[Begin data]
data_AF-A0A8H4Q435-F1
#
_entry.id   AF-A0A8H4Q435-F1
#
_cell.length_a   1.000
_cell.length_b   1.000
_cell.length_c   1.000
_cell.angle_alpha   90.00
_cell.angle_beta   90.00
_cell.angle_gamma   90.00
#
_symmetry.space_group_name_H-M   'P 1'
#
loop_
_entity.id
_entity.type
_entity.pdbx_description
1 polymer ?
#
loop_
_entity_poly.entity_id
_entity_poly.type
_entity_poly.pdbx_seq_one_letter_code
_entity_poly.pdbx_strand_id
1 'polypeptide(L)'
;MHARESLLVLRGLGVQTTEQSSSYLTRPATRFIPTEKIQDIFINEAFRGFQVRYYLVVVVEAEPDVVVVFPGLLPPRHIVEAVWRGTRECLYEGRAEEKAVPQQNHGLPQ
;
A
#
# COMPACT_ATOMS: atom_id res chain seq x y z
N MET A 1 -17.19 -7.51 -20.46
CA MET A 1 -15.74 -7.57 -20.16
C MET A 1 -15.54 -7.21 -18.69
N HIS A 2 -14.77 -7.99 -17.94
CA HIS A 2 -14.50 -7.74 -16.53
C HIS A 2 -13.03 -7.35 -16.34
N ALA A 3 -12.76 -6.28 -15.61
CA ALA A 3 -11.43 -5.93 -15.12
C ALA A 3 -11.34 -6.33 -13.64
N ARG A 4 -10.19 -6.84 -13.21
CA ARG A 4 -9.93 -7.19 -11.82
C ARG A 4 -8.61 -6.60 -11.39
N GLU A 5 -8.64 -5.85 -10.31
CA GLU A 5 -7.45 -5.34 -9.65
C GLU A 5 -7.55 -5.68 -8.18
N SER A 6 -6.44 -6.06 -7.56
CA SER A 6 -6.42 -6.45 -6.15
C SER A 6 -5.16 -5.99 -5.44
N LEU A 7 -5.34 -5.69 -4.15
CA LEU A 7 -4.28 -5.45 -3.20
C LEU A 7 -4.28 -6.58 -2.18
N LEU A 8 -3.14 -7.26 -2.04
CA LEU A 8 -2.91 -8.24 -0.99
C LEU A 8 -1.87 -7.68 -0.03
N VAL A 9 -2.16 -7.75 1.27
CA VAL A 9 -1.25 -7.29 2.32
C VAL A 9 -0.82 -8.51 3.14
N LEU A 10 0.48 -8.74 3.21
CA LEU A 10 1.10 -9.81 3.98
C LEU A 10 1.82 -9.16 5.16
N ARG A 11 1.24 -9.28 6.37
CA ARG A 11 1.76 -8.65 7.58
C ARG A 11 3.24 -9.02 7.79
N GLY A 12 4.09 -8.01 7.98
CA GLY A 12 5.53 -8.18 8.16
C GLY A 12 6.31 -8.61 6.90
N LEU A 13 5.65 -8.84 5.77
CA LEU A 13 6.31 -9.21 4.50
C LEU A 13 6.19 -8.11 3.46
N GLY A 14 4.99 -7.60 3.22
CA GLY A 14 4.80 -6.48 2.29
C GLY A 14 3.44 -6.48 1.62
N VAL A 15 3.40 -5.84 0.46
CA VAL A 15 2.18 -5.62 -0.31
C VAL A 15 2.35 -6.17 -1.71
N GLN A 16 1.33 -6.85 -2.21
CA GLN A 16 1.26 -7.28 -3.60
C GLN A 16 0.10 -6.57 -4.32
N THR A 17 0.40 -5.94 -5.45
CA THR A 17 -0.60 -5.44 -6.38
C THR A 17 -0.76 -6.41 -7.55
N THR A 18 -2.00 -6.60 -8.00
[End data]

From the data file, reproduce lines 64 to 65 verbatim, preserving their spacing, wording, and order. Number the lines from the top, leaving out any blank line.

N GLY A 12 4.09 -8.01 7.98
CA GLY A 12 5.53 -8.18 8.16